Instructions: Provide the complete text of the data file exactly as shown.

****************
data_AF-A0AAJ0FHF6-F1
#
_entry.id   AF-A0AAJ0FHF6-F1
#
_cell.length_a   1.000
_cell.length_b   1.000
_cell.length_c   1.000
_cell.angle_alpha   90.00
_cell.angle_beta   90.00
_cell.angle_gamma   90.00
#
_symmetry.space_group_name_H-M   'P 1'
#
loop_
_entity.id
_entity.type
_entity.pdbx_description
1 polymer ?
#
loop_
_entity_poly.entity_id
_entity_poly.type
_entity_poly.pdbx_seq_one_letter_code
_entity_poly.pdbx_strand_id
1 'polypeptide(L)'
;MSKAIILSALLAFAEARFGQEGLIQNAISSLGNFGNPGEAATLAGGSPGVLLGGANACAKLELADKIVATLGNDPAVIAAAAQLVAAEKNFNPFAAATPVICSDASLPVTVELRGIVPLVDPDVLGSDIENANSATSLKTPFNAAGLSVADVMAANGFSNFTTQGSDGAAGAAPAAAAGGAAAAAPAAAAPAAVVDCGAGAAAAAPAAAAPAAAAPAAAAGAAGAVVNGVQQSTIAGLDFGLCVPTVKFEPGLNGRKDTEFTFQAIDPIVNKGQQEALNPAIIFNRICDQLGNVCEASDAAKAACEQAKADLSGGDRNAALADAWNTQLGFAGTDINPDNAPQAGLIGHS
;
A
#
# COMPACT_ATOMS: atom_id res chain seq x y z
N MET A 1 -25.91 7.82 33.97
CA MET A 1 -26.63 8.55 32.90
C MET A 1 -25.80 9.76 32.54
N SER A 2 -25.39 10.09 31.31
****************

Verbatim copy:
data_AF-A0AAJ0FHF6-F1
#
_entry.id   AF-A0AAJ0FHF6-F1
#
_cell.length_a   1.000
_cell.length_b   1.000
_cell.length_c   1.000
_cell.angle_alpha   90.00
_cell.angle_beta   90.00
_cell.angle_gamma   90.00
#
_symmetry.space_group_name_H-M   'P 1'
#
loop_
_entity.id
_entity.type
_entity.pdbx_description
1 polymer ?
#
loop_
_entity_poly.entity_id
_entity_poly.type
_entity_poly.pdbx_seq_one_letter_code
_entity_poly.pdbx_strand_id
1 'polypeptide(L)'
;MSKAIILSALLAFAEARFGQEGLIQNAISSLGNFGNPGEAATLAGGSPGVLLGGANACAKLELADKIVATLGNDPAVIAAAAQLVAAEKNFNPFAAATPVICSDASLPVTVELRGIVPLVDPDVLGSDIENANSATSLKTPFNAAGLSVADVMAANGFSNFTTQGSDGAAGAAPAAAAGGAAAAAPAAAAPAAVVDCGAGAAAAAPAAAAPAAAAPAAAAGAAGAVVNGVQQSTIAGLDFGLCVPTVKFEPGLNGRKDTEFTFQAIDPIVNKGQQEALNPAIIFNRICDQLGNVCEASDAAKAACEQAKADLSGGDRNAALADAWNTQLGFAGTDINPDNAPQAGLIGHS
;
A
#
# COMPACT_ATOMS: atom_id res chain seq x y z
N MET A 1 -25.91 7.82 33.97
CA MET A 1 -26.63 8.55 32.90
C MET A 1 -25.80 9.76 32.54
N SER A 2 -25.39 10.09 31.31